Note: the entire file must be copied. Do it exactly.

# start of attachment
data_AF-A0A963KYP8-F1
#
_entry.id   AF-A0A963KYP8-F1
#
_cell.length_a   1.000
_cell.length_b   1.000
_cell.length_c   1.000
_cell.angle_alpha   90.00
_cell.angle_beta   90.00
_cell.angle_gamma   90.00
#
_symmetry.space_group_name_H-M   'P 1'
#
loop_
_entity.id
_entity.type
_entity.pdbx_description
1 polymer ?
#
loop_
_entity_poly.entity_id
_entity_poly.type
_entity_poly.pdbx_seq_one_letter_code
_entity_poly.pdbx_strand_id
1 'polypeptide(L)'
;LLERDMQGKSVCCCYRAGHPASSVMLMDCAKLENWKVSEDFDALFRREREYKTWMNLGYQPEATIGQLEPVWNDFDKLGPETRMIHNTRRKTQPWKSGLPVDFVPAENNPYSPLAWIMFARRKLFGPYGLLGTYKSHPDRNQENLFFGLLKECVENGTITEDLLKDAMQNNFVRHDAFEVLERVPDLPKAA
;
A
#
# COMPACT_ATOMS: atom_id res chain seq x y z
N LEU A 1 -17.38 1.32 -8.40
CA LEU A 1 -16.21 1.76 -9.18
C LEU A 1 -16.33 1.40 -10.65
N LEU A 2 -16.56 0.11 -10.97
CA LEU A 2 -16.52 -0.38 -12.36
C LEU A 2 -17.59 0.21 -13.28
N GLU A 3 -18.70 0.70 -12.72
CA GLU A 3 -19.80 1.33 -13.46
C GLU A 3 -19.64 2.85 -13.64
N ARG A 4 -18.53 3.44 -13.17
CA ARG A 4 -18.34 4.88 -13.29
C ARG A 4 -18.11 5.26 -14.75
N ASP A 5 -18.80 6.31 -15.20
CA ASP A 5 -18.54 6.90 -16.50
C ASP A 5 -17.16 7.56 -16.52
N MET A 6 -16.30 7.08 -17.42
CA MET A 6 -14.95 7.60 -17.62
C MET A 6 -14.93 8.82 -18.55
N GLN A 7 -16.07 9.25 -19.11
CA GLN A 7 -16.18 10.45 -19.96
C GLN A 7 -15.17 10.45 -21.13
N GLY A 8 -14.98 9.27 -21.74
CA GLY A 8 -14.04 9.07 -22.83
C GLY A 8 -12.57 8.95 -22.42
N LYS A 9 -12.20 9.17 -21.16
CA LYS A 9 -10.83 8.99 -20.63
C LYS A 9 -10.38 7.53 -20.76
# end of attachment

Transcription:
data_AF-A0A963KYP8-F1
#
_entry.id   AF-A0A963KYP8-F1
#
_cell.length_a   1.000
_cell.length_b   1.000
_cell.length_c   1.000
_cell.angle_alpha   90.00
_cell.angle_beta   90.00
_cell.angle_gamma   90.00
#
_symmetry.space_group_name_H-M   'P 1'
#
loop_
_entity.id
_entity.type
_entity.pdbx_description
1 polymer ?
#
loop_
_entity_poly.entity_id
_entity_poly.type
_entity_poly.pdbx_seq_one_letter_code
_entity_poly.pdbx_strand_id
1 'polypeptide(L)'
;LLERDMQGKSVCCCYRAGHPASSVMLMDCAKLENWKVSEDFDALFRREREYKTWMNLGYQPEATIGQLEPVWNDFDKLGPETRMIHNTRRKTQPWKSGLPVDFVPAENNPYSPLAWIMFARRKLFGPYGLLGTYKSHPDRNQENLFFGLLKECVENGTITEDLLKDAMQNNFVRHDAFEVLERVPDLPKAA
;
A
#
# COMPACT_ATOMS: atom_id res chain seq x y z
N LEU A 1 -17.38 1.32 -8.40
CA LEU A 1 -16.21 1.76 -9.18
C LEU A 1 -16.33 1.40 -10.65
N LEU A 2 -16.56 0.11 -10.97
CA LEU A 2 -16.52 -0.38 -12.36
C LEU A 2 -17.59 0.21 -13.28
N GLU A 3 -18.70 0.70 -12.72
CA GLU A 3 -19.80 1.33 -13.46
C GLU A 3 -19.64 2.85 -13.64
N ARG A 4 -18.53 3.44 -13.17
CA ARG A 4 -18.34 4.88 -13.29
C ARG A 4 -18.11 5.26 -14.75
N ASP A 5 -18.80 6.31 -15.20
CA ASP A 5 -18.54 6.90 -16.50
C ASP A 5 -17.16 7.56 -16.52
N MET A 6 -16.30 7.08 -17.42
CA MET A 6 -14.95 7.60 -17.62
C MET A 6 -14.93 8.82 -18.55
N GLN A 7 -16.07 9.25 -19.11
CA GLN A 7 -16.18 10.45 -19.96
C GLN A 7 -15.17 10.45 -21.13
N GLY A 8 -14.98 9.27 -21.74
CA GLY A 8 -14.04 9.07 -22.83
C GLY A 8 -12.57 8.95 -22.42
N LYS A 9 -12.20 9.17 -21.16
CA LYS A 9 -10.83 8.99 -20.63
C LYS A 9 -10.38 7.53 -20.76